These 25 Mission: Impossible Secrets Are Yours If You Choose to Accept Them

It's been 25 years since Tom Cruise first defied gravity in the role of Ethan Hunt in the blockbuster Mission: Impossible franchise—and he's only cranked up the action since.

By Natalie Finn May 22, 2021 10:00 AMTags
Tom Cruise, Mission Impossible, 1996, Feature GraphicParamount/Kobal/Shutterstock; E! Illustration

Much like the U.S. Navy's top gun pilot known as Maverick, Ethan Hunt of the Impossible Mission Force can't be tamed. Every time you look, he's jumping off a building, scaling a mountain, riding a motorcycle through fire or otherwise hurtling through the air. 

Of course, neither of those men is real. They're the cinematic embodiments of Tom Cruise, the fearless action hero of our times, barely slowed by a broken ankle here or a heated lecture on safety protocol there.

But unlike Maverick, who took more than 30 years off between flights, Hunt has chosen to accept a slew of impossible-seeming missions—perhaps none more perilous than filming a stunt-packed action blockbuster during a pandemic. And if it sounds as if we're starting to get confused between where Cruise ends and his characters begin... well, we're pretty sure that's exactly as he intended.

It's been 25 years since the release of the first installment of the soon-to-be eight-film Mission: Impossible franchise—all starring Cruise (not even Vin Diesel has been in all the Fast-and-or-Furious movies) as Hunt, who as the years have gone by has found himself in increasingly precarious positions where imminent death is assured but always avoided. Audiences have spent $3.7 billion worldwide to see him do it six times so far, with No. 7 due in theaters May 27, 2022, to be followed by No. 8 on July 7, 2023.

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Fascinating Facts About Tom Cruise

The franchise has been as all over the map as a spy framed for murder who's on the run to clear his name, and now that we're in a boomtime for reboots, re-imaginings and revivals, it's hard to believe that making a movie inspired by a TV show was ever a fresh idea. But in 1996—just a year after The Brady Bunch Movie came out—it was not yet an everyday occurrence.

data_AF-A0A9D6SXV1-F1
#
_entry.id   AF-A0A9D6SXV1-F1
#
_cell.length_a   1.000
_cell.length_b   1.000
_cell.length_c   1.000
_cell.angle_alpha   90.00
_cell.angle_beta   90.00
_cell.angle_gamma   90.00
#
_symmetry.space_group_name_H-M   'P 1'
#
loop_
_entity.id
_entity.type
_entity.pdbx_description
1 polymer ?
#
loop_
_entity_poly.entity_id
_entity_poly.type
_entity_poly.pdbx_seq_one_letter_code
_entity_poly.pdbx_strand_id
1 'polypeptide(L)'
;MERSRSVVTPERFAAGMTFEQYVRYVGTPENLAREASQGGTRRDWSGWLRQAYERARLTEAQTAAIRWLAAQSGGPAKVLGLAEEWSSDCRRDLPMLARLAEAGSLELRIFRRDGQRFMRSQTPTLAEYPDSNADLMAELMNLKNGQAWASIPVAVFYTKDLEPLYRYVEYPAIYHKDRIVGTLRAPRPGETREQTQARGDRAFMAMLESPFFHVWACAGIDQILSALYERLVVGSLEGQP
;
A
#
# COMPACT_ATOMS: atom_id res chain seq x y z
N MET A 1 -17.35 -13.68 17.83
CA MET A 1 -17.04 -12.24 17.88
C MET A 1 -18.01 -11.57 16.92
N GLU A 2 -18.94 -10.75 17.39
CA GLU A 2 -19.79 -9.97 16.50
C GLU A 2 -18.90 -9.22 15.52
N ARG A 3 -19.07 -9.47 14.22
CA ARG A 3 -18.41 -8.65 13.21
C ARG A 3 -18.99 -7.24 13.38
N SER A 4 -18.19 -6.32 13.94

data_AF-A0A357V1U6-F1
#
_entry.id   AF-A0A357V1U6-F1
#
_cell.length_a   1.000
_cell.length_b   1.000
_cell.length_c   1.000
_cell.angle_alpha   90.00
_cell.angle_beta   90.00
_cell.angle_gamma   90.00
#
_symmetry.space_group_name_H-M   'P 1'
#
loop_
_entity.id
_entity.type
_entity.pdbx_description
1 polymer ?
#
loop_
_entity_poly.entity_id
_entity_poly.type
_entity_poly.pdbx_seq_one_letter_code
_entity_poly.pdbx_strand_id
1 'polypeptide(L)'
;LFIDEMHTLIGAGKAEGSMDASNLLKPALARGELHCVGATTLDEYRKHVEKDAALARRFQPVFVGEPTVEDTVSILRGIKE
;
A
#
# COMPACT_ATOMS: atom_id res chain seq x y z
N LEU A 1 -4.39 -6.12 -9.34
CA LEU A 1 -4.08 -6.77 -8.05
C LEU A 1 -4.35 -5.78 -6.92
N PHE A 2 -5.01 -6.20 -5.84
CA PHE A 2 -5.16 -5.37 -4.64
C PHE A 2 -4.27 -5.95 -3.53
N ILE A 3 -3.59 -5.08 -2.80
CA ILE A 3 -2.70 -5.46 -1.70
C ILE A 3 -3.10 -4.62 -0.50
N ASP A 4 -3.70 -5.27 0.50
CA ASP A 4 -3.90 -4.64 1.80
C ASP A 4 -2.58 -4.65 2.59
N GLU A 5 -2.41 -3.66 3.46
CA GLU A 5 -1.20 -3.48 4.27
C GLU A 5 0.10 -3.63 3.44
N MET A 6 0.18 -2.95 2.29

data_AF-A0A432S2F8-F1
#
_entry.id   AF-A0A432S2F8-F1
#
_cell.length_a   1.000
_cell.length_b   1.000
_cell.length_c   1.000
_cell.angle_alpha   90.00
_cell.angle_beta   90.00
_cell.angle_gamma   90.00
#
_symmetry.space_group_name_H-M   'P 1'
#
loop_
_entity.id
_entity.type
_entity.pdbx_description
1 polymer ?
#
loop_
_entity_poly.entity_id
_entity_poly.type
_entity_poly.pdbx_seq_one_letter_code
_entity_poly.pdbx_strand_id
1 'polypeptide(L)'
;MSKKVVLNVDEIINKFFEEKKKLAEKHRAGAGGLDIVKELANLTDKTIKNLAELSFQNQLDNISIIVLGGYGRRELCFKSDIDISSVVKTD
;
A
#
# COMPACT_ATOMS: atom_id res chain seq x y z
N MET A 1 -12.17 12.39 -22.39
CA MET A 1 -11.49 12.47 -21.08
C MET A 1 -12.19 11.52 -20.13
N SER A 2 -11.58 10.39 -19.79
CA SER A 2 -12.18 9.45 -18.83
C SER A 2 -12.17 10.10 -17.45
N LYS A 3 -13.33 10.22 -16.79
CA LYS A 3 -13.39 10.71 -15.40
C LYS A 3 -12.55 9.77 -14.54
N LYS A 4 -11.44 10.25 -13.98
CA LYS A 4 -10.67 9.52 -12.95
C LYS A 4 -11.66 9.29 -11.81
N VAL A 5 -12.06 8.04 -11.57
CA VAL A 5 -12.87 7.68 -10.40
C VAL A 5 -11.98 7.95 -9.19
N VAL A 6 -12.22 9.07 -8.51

Inspired by the classic 1960s series starring Steven Hill (yes, D.A. Adam Schiff from Law & Order) for a season and then Peter Graves of later Airplane hilarity as the super-secret government agents tasked with keeping America safe from Cold War treachery with the help of rubber masks so convincing they turned into other actors, the first Mission: Impossible film was a huge hit, a fun romp that paid homage to the TV show and created a role tailor-made for Cruise.

Incidentally, the character started off as more of a crafty spy than the full-on Evel Knievel he's become over the years. But the 1996 film is now in that rare position of being cloaked in its own sheen of nostalgia while also still spawning sequels starring its original leading man, now 58, who along with that instantly recognizable theme song has aged like a fine wine.

So in honor of the 25th anniversary of the first film, and with more on the horizon but delayed due to the pandemic (but not for a minute longer than necessary, as Cruise made damn sure of), here are some behind-the-scenes secrets about the Mission: Impossible franchise.

We made sure that they will not self-destruct after five seconds, but if you're caught, the Secretary will deny any knowledge of the operation.

1. No casting what-ifs here, at least when it came to the role of Ethan Hunt, the big gun in Impossible Mission Force's arsenal. Tom Cruise was looking to produce his first film and he admittedly wanted it to be a big hit, so he checked out what Paramount owned the rights to and came across the old Mission: Impossible series.

Which he was not encouraged to make into a movie. "People would go, like, 'I don't get it,'" Cruise recalled, putting on a confused tone, in a new interview released by Paramount for the film's 25th anniversary, included on the remastered release for Blu-ray and digital. "'You're going to do a TV series, you're doing to do this thing, this old series?'"

2. Emilio Estevez was okay with his cameo as Jack Harmon, a member of the IMF team who gets eliminated early in the first movie, remaining uncredited (as Cruise was when he popped up in Young Guns).

Talking to Vanity Fair in 2021, he pointed to that job, coming off of The Mighty Ducks 3, as a wakeup call for him personally. "It was like, okay, I need to rebrand myself," recalled the Brat Pack jock turned auteur, who's now revisiting the role of Gordon Bombay in Disney+'s The Mighty Ducks: Game Changers. "I didn't get into this business to be rich or famous. I got into this business because I love moviemaking."

Also a longtime buddy of Cruise's who served as his best man when he married Mimi Rogers in 1987, Estevez still supports his Outsiders co-star to this day, giving a thumbs-up to Cruise's ultimately not-very-controversial rant about COVID-19 safety protocol while filming M:I 7 last year. Cruise was "100 percent right" to go off, Estevez told Vanity Fair. "Oh, yeah, I agreed with every word that came out of his mouth. Every expletive. And what you could hear in his voice was, I think, the fact that it was absolutely vital to adhere to the protocols. Not just in our industry, but all of the service industries that exist as a result of the film industry operating properly."